Sloth Boston_1

Franklin Park Zoo, in Boston, is pleased to announce the birth of a Linne’s Two-Toed Sloth!

Sloth Boston_4

Sloth Boston_7

Sloth Boston_2Photo Credits: Franklin Park Zoo/Zoo New England (1,3,7), Sarah Woodruff (2,4,5), Katelyn Deaton (6)

 

The baby, born August 12, is the offspring of Nero, age 8, and Lunesta, age 10. The baby can be seen on exhibit with its mother, Lunesta, in the Little Critters building within the Children’s Zoo. The baby, whose sex is not yet known, underwent its first medical examination on August 14 and appears healthy, bright and alert.

Linne's Two-Toed Sloths are currently classified as “Least Concern” on the IUCN Red List, but efforts to preserve that status are essential to future survival.  Franklin Park Zoo, part of the Zoo New England Corp, participates in the Linne’s Two-Toed Sloth Species Survival Plan (SSP), which is a cooperative, inter-zoo program coordinated nationally through the Association of Zoos and Aquariums (AZA). SSPs are designed to maintain genetically diverse and demographically stable captive populations of species.

Linne’s Two-Toed Sloths are large, furry mammals that live in trees and are found in the tropical forests of South America. They spend almost their whole lives dangling upside-down from branches that they hold on to with all four clawed feet. While these animals move really well through the branches, once they are on the ground they are very slow and vulnerable to predators as they are not built for walking.

Sloths eat mainly a vegetarian diet of leaves and shoots, and they spend roughly 15 hours a day sleeping. Although they live in trees, sloths are not related to monkeys; rather, their closest relatives are the anteater and the armadillo.

See more photos of the new baby, below the fold.

Continue reading "Two-Toed Sloth Hangs Out with Mom at Franklin Park Zoo" »


Endangered Siberian Crane Hatches at Franklin Park Zoo

1 crane

Franklin Park Zoo in Massachusetts has announced the successful hatching of a rare Siberian Crane chick. Hatched on May 6, the chick is the offspring of Sneetch, age 20, and Shakti, age 22.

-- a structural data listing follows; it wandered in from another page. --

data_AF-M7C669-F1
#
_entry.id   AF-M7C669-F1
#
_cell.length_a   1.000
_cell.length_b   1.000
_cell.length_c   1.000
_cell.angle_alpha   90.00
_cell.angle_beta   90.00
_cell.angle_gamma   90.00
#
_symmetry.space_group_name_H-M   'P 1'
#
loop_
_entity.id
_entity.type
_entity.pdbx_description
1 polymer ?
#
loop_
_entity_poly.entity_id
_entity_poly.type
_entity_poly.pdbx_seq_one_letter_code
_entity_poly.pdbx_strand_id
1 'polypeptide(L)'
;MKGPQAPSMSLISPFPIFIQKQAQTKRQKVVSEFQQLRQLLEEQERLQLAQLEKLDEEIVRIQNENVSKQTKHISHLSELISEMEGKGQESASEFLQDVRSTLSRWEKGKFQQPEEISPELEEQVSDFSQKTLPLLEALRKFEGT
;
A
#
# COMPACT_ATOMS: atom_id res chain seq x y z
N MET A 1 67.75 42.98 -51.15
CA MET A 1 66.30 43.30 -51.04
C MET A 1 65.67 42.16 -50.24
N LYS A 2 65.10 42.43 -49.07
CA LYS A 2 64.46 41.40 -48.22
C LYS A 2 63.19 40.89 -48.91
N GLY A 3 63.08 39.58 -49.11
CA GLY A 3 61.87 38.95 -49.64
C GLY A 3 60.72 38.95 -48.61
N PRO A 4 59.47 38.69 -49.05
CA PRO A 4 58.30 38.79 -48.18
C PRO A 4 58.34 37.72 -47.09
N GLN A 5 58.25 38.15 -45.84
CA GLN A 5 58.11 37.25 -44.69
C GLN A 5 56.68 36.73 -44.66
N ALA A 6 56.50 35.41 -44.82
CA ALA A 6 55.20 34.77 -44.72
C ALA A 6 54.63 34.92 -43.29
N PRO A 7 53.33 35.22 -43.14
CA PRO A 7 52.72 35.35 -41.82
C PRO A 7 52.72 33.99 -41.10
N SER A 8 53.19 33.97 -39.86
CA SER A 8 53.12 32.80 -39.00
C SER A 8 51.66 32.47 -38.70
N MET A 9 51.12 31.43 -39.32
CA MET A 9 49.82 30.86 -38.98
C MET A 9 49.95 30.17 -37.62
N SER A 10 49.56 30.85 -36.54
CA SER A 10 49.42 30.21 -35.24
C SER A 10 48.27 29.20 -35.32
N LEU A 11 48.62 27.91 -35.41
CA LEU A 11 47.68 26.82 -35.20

In the wild, Siberian Cranes breed in the high Arctic regions of Siberia. These Endangered birds stand about 4 feet (120 cm) tall and are noted for their pure white plumage and black flight feathers. It is estimated that only 3,000 of these birds remain in the wild.

There are only 21 Siberian Cranes in captivity in four North American institutions accredited by the Association of Zoos and Aquariums. Franklin Park Zoo has six Siberian Cranes including the new chick. Since 1999, there have been eight chicks, including the newest chick, hatched at the zoo.

2 crane

3 cranePhoto credit: Franklin Park Zoo

This success is the result of a lot of hard work and technical expertise. The chick at Franklin Park Zoo is a result of artificial insemination. The chick’s parents, a breeding pair, have resided at Franklin Park Zoo since 1996. Because these birds hail from the high Arctic regions, each year on February 14 the zoo staff increases the amount of light in the birds’ exhibit by one hour a week to simulate the light cycle in their native environment. The light is increased until the birds receive 21 to 22 hours of light a day. Once the light cycle reaches this point, the birds typically begin breeding. Franklin Park Zoo is actually the first zoo in North America to have successfully bred this endangered species.

“Siberian Cranes are an incredible species with an important conservation story to tell. Every successful hatch is important as it helps to hedge against this species’ extinction,” said John Linehan, Zoo New England president and CEO. “With any new birth or hatch, there is always risk but we are hopeful that this new chick will continue to thrive and will contribute to the survival of its species.”


African Pygmy Falcon Chicks Hatch at Franklin Park Zoo

Falcon chicks ages 12 and 7 days old - credit Sarah Woodruff

Two tiny African Pygmy Falcon chicks hatched on February 3 and February 8 are being hand-reared at the Franklin Park Zoo in Massachusetts.

Falcon chicks ages 13 and 8 days old - credit Sarah Woodruff